* Merritt M. Burnett, 109; Slave’s Grandson


Merritt M. Burnett, 109, the grandson of a slave. He attributed his longevity to doing all things in moderation and smoked cigars until he was 107. Born in Bloomingdale, Ind., in 1890, Burnett retired from the Export-Import Bank in Washington as head messenger in 1960 and later opened his home to Howard University students for room and board. In an interview with National Public Radio on the first Emancipation Day celebration in Washington several years ago, Burnett said he learned about slavery from his grandmother who, like Harriet Tubman, helped blacks escape through the Underground Railroad. Burnett said he met lots of former slaves when he moved to Oklahoma City in the early 1900s. He recalled encountering an elderly ex-slave who said his master used to lock him in a stall and force him to breed. “[They] kept him tied in the house, and they used him to get the children--young girls--pregnant, early as 12 years old, and made him a very sad man,” Burnett said. On Tuesday of prostate cancer at Howard University Hospital in Washington.

* Francis Gherini; Sued U.S. Over Ranch

Francis Gherini, 84, who fought and won a battle with the federal government after it seized his Santa Cruz Island ranchland for a park. Gherini, who was born in San Francisco and lived in Ventura, was the patriarch of a family that since 1880 had owned thousands of acres of land on Santa Cruz Island, one of the Channel Islands off the Ventura County coast. A lawyer who specialized in immigration issues, Gherini was for a decade the only attorney in the county to speak Spanish, family members told The Times. His battle with the National Park Service started in 1997 after the service condemned and seized his 6,200 acres on the island. The park service offered to pay him $4 million for the property, but Gherini considered that a paltry sum and decided to sue. This February, after a three-week trial, a jury awarded him $12.7 million. But his health had been in decline of late. Gherini had a quadruple bypass late last year and was also required to undergo dialysis three times a week. On Tuesday from a head injury he sustained after collapsing in the driveway of his daughter’s home.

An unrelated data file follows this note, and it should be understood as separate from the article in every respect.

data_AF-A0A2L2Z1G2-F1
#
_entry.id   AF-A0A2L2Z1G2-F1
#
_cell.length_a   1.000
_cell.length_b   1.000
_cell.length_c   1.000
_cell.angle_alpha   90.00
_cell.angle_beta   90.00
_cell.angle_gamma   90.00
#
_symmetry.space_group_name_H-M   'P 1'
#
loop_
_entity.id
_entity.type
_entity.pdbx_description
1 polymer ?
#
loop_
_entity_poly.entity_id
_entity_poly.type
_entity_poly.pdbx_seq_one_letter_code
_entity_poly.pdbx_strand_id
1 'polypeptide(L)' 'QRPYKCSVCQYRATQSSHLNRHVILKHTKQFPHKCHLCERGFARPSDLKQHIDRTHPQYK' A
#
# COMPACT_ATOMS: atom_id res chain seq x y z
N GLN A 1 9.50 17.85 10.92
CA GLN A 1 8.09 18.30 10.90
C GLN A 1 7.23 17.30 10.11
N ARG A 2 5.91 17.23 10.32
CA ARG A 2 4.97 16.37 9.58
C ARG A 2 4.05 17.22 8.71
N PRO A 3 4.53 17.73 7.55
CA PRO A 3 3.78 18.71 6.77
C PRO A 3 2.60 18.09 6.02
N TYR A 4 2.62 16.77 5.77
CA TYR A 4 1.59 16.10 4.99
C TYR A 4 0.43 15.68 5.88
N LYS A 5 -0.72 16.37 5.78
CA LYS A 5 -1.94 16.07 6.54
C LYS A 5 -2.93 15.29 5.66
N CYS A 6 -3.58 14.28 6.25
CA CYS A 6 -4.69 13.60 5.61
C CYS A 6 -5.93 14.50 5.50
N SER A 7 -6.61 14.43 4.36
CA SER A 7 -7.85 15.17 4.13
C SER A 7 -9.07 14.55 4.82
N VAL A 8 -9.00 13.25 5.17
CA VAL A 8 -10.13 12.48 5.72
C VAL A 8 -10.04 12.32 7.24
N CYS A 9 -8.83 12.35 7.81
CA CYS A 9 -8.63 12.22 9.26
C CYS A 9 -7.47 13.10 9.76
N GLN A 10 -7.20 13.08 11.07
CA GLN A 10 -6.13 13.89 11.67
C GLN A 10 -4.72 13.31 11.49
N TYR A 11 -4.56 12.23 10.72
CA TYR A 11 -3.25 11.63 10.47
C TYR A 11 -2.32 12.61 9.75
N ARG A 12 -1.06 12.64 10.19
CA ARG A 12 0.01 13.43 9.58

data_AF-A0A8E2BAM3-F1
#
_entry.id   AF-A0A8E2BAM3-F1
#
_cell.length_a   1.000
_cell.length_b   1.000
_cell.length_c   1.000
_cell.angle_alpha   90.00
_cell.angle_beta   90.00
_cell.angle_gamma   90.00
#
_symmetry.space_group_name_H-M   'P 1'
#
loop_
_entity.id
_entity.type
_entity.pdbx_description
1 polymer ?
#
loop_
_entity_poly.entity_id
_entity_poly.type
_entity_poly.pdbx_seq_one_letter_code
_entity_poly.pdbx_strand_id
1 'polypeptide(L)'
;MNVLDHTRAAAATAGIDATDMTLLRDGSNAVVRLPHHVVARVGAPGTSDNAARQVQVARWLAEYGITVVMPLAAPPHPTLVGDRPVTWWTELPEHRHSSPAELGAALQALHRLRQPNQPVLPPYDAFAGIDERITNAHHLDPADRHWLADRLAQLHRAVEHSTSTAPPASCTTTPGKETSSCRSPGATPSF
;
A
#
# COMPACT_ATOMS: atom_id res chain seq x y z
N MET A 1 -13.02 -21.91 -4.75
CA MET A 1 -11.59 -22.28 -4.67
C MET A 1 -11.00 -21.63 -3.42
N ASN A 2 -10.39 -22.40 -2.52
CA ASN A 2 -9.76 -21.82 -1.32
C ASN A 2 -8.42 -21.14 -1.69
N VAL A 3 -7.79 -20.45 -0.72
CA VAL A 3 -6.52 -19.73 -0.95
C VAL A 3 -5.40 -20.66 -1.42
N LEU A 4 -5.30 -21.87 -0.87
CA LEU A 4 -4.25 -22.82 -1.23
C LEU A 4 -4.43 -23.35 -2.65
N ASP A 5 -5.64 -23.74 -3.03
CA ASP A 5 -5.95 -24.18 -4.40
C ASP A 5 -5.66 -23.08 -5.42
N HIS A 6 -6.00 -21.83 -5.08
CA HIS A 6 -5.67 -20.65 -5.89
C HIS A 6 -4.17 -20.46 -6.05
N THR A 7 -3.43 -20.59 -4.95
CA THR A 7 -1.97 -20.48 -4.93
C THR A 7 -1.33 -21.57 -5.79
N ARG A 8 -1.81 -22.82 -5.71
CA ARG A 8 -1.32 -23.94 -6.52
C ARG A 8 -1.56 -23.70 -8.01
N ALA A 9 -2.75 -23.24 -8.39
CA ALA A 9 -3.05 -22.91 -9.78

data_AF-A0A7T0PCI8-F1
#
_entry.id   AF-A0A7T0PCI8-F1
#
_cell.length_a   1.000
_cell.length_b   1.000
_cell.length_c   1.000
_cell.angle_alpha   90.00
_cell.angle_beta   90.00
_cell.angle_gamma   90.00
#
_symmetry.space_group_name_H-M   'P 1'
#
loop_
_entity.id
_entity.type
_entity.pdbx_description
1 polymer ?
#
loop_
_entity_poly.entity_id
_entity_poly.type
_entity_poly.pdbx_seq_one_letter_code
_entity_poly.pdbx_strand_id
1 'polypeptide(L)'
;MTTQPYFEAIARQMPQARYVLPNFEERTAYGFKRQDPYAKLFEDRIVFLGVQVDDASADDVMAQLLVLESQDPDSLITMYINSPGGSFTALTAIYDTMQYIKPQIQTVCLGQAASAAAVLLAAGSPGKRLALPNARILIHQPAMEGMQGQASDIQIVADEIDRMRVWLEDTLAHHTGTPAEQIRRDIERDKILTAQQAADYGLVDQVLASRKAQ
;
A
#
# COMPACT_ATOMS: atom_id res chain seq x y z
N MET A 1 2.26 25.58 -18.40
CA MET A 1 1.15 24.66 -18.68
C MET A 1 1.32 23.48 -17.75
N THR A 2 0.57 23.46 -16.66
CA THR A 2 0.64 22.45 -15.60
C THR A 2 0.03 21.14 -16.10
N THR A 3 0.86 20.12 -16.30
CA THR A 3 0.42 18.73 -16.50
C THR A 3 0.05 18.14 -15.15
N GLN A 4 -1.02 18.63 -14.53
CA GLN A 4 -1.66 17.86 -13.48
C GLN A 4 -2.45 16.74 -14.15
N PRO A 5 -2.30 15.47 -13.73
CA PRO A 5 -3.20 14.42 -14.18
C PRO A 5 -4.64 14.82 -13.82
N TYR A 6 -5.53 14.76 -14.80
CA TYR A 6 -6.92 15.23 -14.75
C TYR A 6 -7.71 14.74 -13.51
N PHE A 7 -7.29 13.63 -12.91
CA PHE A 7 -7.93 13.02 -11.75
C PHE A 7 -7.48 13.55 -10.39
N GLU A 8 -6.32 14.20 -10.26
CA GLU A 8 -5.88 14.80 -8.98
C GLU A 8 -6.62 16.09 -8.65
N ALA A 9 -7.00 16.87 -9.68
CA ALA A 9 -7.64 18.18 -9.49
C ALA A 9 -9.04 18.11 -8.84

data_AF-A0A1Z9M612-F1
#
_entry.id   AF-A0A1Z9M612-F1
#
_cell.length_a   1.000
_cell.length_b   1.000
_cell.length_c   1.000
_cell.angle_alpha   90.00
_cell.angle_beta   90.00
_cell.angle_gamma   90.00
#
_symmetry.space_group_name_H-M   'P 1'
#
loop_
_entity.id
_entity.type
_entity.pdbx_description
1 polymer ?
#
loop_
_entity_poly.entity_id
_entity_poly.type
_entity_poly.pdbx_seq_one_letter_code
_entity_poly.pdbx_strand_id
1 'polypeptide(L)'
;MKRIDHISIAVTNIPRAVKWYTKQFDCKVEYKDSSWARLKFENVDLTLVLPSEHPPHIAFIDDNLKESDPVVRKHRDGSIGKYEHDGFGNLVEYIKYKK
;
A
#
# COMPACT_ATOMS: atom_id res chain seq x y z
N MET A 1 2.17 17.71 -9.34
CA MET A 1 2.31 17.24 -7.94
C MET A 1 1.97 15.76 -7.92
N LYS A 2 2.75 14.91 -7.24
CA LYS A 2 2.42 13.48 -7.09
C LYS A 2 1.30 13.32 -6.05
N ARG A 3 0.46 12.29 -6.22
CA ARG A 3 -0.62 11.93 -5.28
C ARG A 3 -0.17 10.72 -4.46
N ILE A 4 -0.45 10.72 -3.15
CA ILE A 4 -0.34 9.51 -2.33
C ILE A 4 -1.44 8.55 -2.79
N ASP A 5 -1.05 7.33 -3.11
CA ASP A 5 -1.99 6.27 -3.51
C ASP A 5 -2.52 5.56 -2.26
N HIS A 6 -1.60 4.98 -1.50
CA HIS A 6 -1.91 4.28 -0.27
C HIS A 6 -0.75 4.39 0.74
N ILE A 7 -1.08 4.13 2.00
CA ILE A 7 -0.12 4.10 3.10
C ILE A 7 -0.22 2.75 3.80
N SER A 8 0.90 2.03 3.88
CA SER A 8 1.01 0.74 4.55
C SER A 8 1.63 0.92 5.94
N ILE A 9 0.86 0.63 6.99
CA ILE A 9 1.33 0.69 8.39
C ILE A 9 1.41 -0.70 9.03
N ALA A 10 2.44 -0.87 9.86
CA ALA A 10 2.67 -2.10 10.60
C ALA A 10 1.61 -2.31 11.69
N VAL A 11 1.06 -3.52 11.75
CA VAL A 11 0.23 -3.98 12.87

* Vida Ratzlaff Hackman; Conceptual Artist

Vida Ratzlaff Hackman, 64, an artist in a variety of media who exhibited extensively in the Los Angeles area for nearly 20 years and was one of the founders of Triad Graphic Workshop. Born in Bakersfield, Hackman received her bachelor’s and master’s degrees at UC Santa Barbara and a second master’s at Cal State Northridge. She began an on-and-off teaching career at several institutions, including West Los Angeles College, in 1969. Her art making was a succession of meditations upon ideas. Etymological analysis coupled with humor and a profound sense of the ironic were among her tools. She had at least seven solo exhibitions at the Orlando Gallery in Sherman Oaks. Of her last show at the Orlando in 1998, a Times critic said, “The conceptual art spirit is alive and well in her.” But as with many artists, Hackman’s success in her field did not always yield financial rewards. “The better she got, the less money she made as an artist,” her friend and printmaking colleague Henry F. Klein said. Her final show, “The Bridge and the Boat,” is on display at the the Todd Madigan Art Gallery at Cal State Bakersfield through May 6. Of cancer at Cedars-Sinai Medical Center on April 15.


* Mark Weiser; Computer Expert, Visionary

Mark Weiser, 46, a computer expert and visionary in his field who was also the chief technologist at Xerox’s Palo Alto Research Center. Known as the father of “ubiquitous computing,” Weiser believed that computers should be unobtrusive components of everyday life. That notion meant basically fitting computers to people rather than the opposite. In his view, small was better, and he looked for ways to put computers in common items like clothing, a radical departure from large mainframe computers or even the desktop models of today. Born in Chicago and raised in New York, Weiser excelled in computer science at the University of Michigan after dropping out of New College in Sarasota, Fla. He received a master’s degree from Michigan in 1976 and his doctorate in 1979. He went on to teach computer science at the University of Maryland and became associate chairman of the department. Weiser decided to leave his tenured position at Maryland for Xerox in 1987. On Tuesday in Palo Alto of complications from cancer. (For more on Weiser, please see Charles Piller’s Innovation column on C6.)